Not long after a new pastor begins his ministry at a little rural church, he notices something interesting that would happen every Sunday. At the start of the service, the entire congregation would sit on the left side of the building. After the offering is taken (this was during pre-Covid days!), they would stand up and move to the right side of the building.

It was such an odd practice. He was more than intrigued. When he asked people in the congregation about this, they would simply say, “This is just how we’ve always done it”. Finally, the pastor asked the oldest member of the congregation. She told him that a long time ago, the church had a wood burning furnace that would heat the sanctuary. A few minutes before the service started, someone would light the furnace but it would take some time for the place to heat up. When the time came to collect the offering, it was too hot on the furnace side so everyone would stand up and move to the other side of the building!

This was the routine. Over time it became a tradition so entrenched that even after the furnace was gone, people kept up with the practice. They had no idea why they were doing what they were doing. They had just assumed it had some kind of spiritual meaning.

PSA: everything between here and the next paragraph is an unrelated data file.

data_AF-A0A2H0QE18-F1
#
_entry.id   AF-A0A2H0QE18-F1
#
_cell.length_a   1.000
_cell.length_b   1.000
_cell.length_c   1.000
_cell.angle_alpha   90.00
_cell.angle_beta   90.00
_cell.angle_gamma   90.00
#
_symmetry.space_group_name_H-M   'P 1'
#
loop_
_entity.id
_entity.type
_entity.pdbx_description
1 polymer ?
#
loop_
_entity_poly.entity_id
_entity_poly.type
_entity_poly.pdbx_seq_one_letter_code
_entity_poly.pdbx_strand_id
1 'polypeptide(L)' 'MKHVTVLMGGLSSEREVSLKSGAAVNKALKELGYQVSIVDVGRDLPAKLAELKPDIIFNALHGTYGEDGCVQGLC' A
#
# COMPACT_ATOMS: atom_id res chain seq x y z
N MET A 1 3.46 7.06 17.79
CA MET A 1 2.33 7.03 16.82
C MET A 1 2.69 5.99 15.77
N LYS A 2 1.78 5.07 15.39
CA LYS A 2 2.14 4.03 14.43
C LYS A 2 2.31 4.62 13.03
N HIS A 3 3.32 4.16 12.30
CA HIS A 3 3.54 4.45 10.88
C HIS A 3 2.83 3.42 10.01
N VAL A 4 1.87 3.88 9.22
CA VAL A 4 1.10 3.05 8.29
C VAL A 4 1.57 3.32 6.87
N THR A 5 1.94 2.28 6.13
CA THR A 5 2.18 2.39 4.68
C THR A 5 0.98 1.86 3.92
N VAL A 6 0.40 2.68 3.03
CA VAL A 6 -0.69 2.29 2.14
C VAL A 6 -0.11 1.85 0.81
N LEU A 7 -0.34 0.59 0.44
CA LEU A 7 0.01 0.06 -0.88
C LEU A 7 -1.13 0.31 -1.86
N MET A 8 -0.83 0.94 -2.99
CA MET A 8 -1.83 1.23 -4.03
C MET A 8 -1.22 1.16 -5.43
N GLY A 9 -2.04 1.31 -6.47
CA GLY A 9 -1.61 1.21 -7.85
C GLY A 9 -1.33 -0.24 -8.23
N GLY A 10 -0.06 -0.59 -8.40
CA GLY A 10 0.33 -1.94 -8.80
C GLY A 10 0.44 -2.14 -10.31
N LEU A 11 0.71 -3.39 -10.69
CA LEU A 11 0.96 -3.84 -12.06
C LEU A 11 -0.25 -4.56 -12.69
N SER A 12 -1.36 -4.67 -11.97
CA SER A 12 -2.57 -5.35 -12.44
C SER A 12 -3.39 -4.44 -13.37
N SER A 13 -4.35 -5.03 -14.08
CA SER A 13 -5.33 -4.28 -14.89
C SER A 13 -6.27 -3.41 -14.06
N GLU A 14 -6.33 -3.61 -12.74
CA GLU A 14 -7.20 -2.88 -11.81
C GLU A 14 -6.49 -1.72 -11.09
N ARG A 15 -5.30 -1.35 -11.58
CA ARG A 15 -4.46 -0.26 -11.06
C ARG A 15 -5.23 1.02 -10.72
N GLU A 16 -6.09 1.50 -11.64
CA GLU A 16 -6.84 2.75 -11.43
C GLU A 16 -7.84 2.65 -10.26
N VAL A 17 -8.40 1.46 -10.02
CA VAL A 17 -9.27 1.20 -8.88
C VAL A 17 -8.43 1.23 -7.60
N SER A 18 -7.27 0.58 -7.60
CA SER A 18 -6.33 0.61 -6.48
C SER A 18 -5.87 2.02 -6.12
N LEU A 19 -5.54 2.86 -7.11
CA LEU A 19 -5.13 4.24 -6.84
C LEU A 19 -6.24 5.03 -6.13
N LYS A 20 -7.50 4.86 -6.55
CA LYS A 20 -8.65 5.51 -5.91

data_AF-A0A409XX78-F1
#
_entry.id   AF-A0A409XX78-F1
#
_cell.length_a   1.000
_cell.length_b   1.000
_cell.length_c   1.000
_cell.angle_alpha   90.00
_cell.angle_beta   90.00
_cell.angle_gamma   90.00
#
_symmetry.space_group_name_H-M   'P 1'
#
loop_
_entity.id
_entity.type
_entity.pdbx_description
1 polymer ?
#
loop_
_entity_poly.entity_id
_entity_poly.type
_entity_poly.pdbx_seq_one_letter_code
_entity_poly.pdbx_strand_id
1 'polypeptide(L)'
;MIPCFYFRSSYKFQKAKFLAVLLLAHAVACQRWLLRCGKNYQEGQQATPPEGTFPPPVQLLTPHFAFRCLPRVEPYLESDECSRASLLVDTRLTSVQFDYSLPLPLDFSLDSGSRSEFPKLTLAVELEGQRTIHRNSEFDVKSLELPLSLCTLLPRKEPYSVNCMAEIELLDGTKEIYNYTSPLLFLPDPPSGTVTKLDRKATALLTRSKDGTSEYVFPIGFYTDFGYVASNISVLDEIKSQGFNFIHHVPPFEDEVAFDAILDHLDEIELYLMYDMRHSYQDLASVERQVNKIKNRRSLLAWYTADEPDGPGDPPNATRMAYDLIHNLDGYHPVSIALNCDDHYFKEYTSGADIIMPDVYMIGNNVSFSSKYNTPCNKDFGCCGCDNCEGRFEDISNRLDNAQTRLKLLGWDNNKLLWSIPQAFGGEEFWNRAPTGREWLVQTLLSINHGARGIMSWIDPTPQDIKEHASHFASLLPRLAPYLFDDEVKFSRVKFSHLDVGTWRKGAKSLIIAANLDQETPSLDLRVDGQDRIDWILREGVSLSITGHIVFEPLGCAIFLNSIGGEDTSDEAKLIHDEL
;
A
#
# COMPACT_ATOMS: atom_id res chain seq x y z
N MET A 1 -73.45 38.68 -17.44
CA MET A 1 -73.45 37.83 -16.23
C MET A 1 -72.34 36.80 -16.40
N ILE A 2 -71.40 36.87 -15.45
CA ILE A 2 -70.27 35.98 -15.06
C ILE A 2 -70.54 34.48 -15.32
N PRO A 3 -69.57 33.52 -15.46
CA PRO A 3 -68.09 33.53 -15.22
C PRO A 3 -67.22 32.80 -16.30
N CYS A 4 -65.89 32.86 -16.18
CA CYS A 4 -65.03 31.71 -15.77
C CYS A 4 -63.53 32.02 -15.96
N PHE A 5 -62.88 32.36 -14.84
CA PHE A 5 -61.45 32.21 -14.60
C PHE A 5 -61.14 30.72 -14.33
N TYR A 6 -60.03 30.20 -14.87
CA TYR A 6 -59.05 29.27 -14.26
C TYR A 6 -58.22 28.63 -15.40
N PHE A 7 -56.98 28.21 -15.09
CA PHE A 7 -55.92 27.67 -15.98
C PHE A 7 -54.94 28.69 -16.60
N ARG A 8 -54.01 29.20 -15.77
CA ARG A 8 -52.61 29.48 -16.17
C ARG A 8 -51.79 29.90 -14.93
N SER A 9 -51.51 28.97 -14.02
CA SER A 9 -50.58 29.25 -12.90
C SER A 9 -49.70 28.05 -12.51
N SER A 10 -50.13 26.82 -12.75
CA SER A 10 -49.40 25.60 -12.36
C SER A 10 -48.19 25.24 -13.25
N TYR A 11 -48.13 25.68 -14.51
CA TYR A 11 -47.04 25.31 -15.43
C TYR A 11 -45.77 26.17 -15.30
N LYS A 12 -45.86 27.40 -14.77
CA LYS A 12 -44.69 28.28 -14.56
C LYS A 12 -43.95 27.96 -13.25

I wonder if we ever ask why we do what we do? I believe it is an important question. Don’t get me wrong. Traditions can be wonderful. My family has just started a fairly new tradition where we come together to have a meal every second Friday. Sue and I have had a long tradition of going on a ‘date’ once every week. Even spiritual disciplines like reading, studying and meditating on the Scriptures, praying, fasting can enrich our lives and bring about spiritual growth but why are you doing them? Why do you keep doing them?

Many years ago, I discovered the importance of having a daily ‘Quiet Time’ (QT) with the Lord to pray and read his word. It was best to do this in the morning before you do anything else. Made perfect sense. I started out enthusiastically. Never missed a day. I was actually looking forward to having my ‘QTs’! My relationship with God went to another level of intimacy. After a while, I noticed something else. My ‘QTs’ began feeling like a chore, a burden. If I missed having my ‘QTs’, I’d feel guilty and condemned. I’d feel God didn’t love me as much. 

Let me make it very clear. The issue isn’t the practice of ‘QT’s per se. It is an important discipline to cultivate. So what happened? My QT’s became a crushing burden when my sense of love, identity, security and approval had shifted from God’s unmerited favour through Jesus to how well and faithful I was keeping my ‘QT’s’. This is what the Bible calls self or works righteousness.

Why do you do what you do? Or why are struggling doing what you loved doing once upon a time?

“Lord, increase our faith in you!”

Mark Ng